This semester my optional module is facial modelling and animation. This is yet another animation module in Bradford University that makes the student create an entire pipeline before animating anything. So there you see why there is so much modelling and rigging stuff on this blog and so little actual animation. None of the modules really allow me to focus only on animation and it usually happens in the last weeks of the assignments :)
With that grudge aside, I decided that such a module would be a good opportunity to refresh my facial rigging skills before getting on with that part of Soda Trip's production. Gotta make some lemonade.
So why pick blender to make the blendshapes and go through the hassle of exporting to maya again?
The character was modelled in blender, so it made sense to continue using the nice modelling tools.
Well, they are called shape keys in blender. Instead of duplicating a mesh, deforming it and applying that as a blendshape, blender stores the keyable deformations you make on a single mesh inside a shape key data block of that mesh - it stores the new coordinates of vertices you moved while being in the specified shape key mode.
Shape keys in Blender vs Blendshapes in Maya:
Blender allows me to change the topology after I have already made multiple shape keys on the mesh . It's like changing topology in maya after having made multiple blendshapes.
Whats nice about it is that I can use this new topology to shape my character on some of the already created shape keys.
Maya does not allow you to alter the topology of a blend shape object- if you add an edgeloop, it will not affect the target object or might break the blendshape (you cannot reaply it any more).
You can change topology of the target (base) object, but that new topology is not being transfered to all the blendshapes you have - again, you can't use it to deform.
So you are in a strange sort of a situation when you have to somehow relink blendshapes or redo them. Thats gonna suck pretty bad if you have about 20 of them already :D
In this case the upper eyelid becomes a classic example. After the character closes it, the mesh needs an extra edgeloop in order to curve it along the eyeball slightly.
In maya, you have to add that edgeloop in advance. You have to guess how many edgeloops- some people add much more than one - you can add a few too many.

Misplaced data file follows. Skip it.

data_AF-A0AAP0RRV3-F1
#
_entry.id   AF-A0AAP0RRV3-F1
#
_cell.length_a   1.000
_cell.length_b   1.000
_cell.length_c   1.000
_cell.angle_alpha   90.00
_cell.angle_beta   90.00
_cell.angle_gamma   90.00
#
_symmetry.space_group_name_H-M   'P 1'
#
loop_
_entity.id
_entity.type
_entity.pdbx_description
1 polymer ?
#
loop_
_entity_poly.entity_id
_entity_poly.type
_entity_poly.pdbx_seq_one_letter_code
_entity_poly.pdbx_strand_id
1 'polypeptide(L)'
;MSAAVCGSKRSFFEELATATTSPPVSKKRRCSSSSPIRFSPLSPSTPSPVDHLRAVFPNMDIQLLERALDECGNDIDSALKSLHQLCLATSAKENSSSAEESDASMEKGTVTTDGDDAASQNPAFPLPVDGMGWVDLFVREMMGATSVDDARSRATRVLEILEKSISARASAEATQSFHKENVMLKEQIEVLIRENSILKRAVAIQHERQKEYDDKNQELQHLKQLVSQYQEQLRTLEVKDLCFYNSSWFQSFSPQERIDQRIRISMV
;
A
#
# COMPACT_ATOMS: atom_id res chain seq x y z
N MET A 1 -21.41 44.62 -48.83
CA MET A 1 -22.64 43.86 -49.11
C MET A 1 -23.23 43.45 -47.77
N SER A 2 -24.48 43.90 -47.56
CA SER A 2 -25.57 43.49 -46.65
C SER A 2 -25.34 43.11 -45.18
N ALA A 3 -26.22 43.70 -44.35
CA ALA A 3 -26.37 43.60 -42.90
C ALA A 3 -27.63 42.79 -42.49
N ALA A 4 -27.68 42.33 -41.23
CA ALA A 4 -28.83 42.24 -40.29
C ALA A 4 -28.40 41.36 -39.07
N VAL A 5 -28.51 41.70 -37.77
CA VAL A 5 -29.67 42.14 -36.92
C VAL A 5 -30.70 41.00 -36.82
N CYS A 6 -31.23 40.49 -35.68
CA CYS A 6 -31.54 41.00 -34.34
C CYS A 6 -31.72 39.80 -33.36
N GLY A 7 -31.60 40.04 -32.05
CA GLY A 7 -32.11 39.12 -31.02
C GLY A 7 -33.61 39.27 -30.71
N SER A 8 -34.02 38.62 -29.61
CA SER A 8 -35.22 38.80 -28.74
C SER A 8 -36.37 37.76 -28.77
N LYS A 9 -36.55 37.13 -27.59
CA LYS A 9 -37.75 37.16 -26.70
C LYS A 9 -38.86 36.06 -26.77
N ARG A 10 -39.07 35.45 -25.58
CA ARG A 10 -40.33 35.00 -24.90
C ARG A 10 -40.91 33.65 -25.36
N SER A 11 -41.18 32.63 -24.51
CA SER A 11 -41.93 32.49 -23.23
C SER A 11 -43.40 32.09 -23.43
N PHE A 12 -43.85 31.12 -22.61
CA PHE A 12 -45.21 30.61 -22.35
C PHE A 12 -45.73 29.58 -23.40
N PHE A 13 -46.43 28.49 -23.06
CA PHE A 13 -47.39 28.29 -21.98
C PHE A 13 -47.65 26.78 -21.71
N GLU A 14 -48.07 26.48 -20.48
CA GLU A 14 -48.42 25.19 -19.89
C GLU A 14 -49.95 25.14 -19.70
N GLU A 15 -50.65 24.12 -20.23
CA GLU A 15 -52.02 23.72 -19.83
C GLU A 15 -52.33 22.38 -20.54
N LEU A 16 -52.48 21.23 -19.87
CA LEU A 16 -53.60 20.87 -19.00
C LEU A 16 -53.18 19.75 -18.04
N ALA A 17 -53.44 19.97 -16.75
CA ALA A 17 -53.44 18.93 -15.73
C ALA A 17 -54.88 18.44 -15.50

Here I can completely close the eyelid with a new shape key and then add as much geometry as I need to keep it from clipping with the eyeball.
It also lets me alter the shape key geometry when its not at its full value- in this case when the lid is half closed(.67), I can move the bottom edges forward.
To do that in maya you need to constantly look at the two meshes, set up an elaborate workspace with two cameras- one looking at your base mesh, one looking at the blendshape-work on one while looking at the other - it's just a pain.
Sculpting the blendshapes:
To get a good view over how the geometry deforms on my shape keys, I toggled on the excellent new matcap view mode and toggled on my wireframe from time to time:
Ton Roosendaal (Blender's founder) asked the community for matcaps for the very first version in trunk to support that feature as a preset in the viewport.
I made him two grey matcaps that might not look like much, but are actually pretty good at showing clearly how the geometry deforms and showing subtleties in a sort of a neutral way.
Ton included them in the official 2.66 release(mc8 and mc9). So now I can proudly say that I made a little contribution to Blender and to it's very big artist community! :D
Transfering blendshapes from blender to maya:
Just as with the recent posts , in this case I am transferring geometry from blender to maya and referencing it in maya. Only this time, I also need to export all the shape keys that I have created for my character's face and hook them up in maya.
When you export an fbx from blender that contains shape keys, maya gets all of those shape keys as sepparate meshes that have no material on them.They are also already applied as blendshapes to the main one and hidden.
Blender's fbx exporter impressed me this time. That is pretty neat! Only feature thats missing for me now is the option to zero out transformation values on export. I dont like having a dirty channelbox.
So It might look like I am pimping blender out a lot lately. That is hopefully not making me look too biased. The truth is that I need these features to do my work faster and blender is giving them to me. It's effectively competing with Maya, undermining aspects of it's pipeline. But Blender is not perfect. And in future posts I might write about it's weaknesses.